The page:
We help IT Professionals succeed at work.

SQL _ Cartesian Product

hdcowboyaz
hdcowboyaz asked
on
297 Views
Last Modified: 2014-11-24
I'm getting a Cartesian Product on the query below.
I'm getting 42 records and should be getting 3.
There are 14 extra's for that job... 42/3 = 14.

This is the part of the statement that returns the Cartesian Product.
- LEFT JOIN extra ex ON (ex.JOB_ID = j.JOB_ID)

See attached ERD

 SELECT
 j.JOBID 'Job',
 j.DSCR 'Job Name',
 ex.ExtraID 'Extra',
 c.CostCode 'Cost Code',
 e.EMPID 'Emp ID',
 l.HOURS 'Hours'
 FROM labor l
 LEFT JOIN emp e ON (e.EMP_ID = l.EMP_ID)
 LEFT JOIN job j ON (j.JOB_ID = l.JOB_ID)
 LEFT JOIN extra ex ON (ex.JOB_ID = j.JOB_ID)
 LEFT JOIN ccode c ON (c.EXTRA_ID = ex.EXTRA_ID)
 WHERE DATE_WORK = '2014-11-3'
 AND l.DELETED = 'N'
 AND j.JOB_ID = 37014;
ERDTheEdgeLaborEntry.jpg
Comment
Watch Question

Steve WalesSenior Database Administrator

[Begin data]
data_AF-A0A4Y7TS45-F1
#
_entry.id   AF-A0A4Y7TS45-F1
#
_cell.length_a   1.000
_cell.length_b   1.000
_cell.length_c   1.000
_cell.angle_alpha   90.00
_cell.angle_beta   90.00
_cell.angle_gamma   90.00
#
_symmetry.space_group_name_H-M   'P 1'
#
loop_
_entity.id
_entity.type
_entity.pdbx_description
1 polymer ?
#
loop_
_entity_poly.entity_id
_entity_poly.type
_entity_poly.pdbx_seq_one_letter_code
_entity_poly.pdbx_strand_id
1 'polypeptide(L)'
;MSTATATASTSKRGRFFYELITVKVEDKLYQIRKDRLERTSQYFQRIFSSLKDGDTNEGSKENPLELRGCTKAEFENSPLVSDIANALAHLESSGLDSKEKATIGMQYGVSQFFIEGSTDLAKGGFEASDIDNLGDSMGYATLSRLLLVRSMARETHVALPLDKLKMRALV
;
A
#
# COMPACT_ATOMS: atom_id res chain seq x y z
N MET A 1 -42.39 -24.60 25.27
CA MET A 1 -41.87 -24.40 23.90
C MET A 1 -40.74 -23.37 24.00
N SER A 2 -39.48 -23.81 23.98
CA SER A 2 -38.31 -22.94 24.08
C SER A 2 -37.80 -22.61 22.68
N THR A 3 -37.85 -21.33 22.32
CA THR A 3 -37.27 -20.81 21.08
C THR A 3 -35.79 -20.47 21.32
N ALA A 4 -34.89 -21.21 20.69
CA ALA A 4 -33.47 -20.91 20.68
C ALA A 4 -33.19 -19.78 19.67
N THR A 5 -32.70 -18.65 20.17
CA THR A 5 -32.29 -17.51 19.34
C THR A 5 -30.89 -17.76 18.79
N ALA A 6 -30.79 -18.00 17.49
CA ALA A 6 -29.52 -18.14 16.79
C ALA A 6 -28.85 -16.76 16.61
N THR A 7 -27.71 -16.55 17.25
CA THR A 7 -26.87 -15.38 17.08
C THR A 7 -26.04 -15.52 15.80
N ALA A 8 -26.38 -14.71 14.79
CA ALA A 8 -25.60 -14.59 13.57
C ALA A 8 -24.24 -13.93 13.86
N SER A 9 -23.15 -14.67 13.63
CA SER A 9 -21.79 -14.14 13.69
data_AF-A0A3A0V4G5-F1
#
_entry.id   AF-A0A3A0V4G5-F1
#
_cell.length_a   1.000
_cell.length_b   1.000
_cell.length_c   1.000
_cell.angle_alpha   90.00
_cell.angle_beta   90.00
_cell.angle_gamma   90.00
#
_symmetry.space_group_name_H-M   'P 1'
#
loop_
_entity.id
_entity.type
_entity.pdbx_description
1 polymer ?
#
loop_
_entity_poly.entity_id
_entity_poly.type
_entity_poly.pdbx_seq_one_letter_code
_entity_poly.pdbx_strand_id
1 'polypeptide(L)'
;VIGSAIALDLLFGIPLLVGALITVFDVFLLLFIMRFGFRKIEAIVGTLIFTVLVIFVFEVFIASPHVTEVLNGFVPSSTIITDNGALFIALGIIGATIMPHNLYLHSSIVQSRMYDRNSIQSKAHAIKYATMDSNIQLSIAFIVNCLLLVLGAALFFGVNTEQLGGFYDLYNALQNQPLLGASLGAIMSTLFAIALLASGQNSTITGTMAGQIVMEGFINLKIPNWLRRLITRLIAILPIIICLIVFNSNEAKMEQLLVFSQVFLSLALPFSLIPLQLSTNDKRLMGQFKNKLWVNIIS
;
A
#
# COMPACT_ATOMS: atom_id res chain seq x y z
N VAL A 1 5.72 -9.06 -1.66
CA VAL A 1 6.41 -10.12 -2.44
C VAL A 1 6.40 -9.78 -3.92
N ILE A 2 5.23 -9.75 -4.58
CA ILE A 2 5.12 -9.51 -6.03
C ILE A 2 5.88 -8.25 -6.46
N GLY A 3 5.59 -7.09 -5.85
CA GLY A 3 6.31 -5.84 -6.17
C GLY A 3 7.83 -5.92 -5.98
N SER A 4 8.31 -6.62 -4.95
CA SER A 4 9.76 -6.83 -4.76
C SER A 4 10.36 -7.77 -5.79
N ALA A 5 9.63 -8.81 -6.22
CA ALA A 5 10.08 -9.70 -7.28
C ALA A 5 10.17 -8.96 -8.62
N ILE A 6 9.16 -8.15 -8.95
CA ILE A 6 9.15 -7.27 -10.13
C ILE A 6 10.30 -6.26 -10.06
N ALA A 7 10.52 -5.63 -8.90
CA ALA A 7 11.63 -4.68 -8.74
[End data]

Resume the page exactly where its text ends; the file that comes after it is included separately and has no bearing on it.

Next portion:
CERTIFIED EXPERT

Commented:
Primary Key for Extra appears to be Extra ID / Job ID / WO_ID

You are joining just on job ID.

Do you have multiple Job ID's there ?

For Example:

Extra / Job / WO
1 / 1 / 1
2 / 1 / 2
3 / 1 / 3

In this case, joining just on Job ID would give you three matching rows back - if you just join on Job ID of "1", you'd get back a match for each row, thus returning 3 rows on your join (Extra 1, Extra 2 and Extra 3)

Author

Commented:
The Primary Key for the extra table is EXTRA_ID.
Yes, there are multiple jobs in the extra table. The extra table is a child table to the job table.